March 13, 2013

Portland's new cargo service set to deliver

With a shipping link to Europe and a railroad link to interior North America, the city is poised again for hub status.

By Tom Bell
Staff Writer

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A large crane will gear up at the International Marine Terminal in Portland in a few days as Icelandic Steamship Co. prepares to begin direct container service between Portland and Europe. The first Eimskip cargo-carrying ship is scheduled to arrive later this month.

John Patriquin/Staff Photographer

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Pan Am connects with the St. Lawrence & Atlantic at Danville Junction in Auburn and also with three other large freight railroads in New York state at interchanges near Albany. To the south, Pan Am reaches into southern Connecticut.

In Plainville, Conn., freight from the port of Portland will be taken off trains and put on trucks for delivery in Connecticut, New York and New Jersey, said Chris Meyer, president of Meyer Enterprises LLC, which owns a 300,000-square-foot warehouse and a fleet of 17 trucks.

He said he expects to be transporting cargo bound for Iceland through Portland as well.

"It's Iceland. All they have is fish and water because it's melting," he said. "They don't have anything. Their needs are massive."

On Saturday, 18 managers from Eimskip operations around the world toured the port's facilities.

Olafur Hand, the company's marketing director, looked out over the harbor and remarked that Viking explorers who had settled Iceland had also landed in what is now Maine.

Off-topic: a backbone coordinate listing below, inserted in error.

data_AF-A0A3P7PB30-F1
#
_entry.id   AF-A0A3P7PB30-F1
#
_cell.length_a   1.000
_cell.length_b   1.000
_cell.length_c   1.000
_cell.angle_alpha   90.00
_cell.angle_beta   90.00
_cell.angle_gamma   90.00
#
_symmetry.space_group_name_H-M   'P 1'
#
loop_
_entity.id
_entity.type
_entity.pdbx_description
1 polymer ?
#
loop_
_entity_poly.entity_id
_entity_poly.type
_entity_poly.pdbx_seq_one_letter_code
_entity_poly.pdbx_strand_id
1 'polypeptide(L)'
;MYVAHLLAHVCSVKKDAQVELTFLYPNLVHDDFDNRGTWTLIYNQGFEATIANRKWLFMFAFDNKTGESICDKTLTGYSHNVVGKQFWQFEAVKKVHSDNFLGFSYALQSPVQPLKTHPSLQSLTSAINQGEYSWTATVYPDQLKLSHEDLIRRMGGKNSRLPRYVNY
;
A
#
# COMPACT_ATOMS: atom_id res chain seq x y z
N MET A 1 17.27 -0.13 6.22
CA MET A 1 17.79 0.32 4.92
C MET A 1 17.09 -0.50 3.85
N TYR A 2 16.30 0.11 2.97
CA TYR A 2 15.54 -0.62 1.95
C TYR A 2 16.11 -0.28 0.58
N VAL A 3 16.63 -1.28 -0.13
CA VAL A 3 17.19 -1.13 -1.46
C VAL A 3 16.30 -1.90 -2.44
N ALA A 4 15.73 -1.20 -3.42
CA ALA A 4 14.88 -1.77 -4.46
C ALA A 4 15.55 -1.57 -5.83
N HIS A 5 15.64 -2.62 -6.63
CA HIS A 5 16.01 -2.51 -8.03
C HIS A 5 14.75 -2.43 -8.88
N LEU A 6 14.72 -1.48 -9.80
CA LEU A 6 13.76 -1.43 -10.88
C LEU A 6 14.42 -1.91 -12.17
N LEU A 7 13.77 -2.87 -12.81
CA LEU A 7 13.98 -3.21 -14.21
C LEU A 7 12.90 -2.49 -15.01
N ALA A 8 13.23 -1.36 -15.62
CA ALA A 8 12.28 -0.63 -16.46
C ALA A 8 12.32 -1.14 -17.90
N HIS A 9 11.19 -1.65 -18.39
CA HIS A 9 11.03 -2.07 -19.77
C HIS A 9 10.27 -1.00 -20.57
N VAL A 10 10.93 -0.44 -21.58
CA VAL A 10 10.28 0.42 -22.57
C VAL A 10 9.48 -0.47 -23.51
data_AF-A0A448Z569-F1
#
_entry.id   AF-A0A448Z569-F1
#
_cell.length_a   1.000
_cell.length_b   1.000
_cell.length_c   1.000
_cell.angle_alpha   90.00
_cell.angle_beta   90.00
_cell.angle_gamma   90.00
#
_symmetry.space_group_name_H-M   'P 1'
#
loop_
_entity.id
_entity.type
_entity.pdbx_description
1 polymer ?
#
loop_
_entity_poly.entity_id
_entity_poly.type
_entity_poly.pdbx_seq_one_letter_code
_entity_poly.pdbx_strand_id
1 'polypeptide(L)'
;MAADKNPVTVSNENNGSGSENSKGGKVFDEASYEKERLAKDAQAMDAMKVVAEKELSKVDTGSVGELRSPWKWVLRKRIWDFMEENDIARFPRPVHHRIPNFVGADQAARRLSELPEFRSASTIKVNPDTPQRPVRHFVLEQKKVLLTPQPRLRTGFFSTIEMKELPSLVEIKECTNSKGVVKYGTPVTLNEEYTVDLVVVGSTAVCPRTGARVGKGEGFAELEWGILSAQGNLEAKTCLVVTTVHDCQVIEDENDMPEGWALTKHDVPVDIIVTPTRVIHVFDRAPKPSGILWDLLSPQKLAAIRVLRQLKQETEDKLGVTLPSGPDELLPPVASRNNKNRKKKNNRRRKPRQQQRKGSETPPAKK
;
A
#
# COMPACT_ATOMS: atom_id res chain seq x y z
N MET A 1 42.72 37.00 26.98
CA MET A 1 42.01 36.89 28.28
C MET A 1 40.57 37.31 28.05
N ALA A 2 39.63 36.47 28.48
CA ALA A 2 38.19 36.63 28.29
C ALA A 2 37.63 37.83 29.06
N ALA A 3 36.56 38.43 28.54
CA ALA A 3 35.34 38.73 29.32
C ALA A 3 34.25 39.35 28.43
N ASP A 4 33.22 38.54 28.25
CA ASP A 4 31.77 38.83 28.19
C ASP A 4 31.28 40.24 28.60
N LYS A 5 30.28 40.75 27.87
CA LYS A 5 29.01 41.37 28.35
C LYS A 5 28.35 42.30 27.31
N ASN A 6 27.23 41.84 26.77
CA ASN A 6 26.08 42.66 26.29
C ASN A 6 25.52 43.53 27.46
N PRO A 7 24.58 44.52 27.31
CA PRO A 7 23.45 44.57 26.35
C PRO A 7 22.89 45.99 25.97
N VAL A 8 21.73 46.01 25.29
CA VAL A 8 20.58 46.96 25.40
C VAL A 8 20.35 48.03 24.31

"We found this place one thousand years ago," he said. "And now we're back."

Tom Bell can be contacted at 791-6369 or at

Correction: This story was revised at 10:40 a.m., March 13, 2013, to state that Chris Meyer is president of Meyer Enterprises LLC in Plainville, Conn.

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Additional Photos

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Gylfi Sigfusson, second from left, president and CEO of Eimskip Logistic Services Inc., tours the International Marine Terminal in Portland along with 17 other Eimskip managers on Saturday.

Gregory Rec/Staff Photographer

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Portland’s International Marine Terminal has been upgraded to accommodate container shipping. The new cargo service to Europe could open up new markets for Maine farmers and food producers, particularly for seed potatoes and blueberries.

John Patriquin/Staff Photographer

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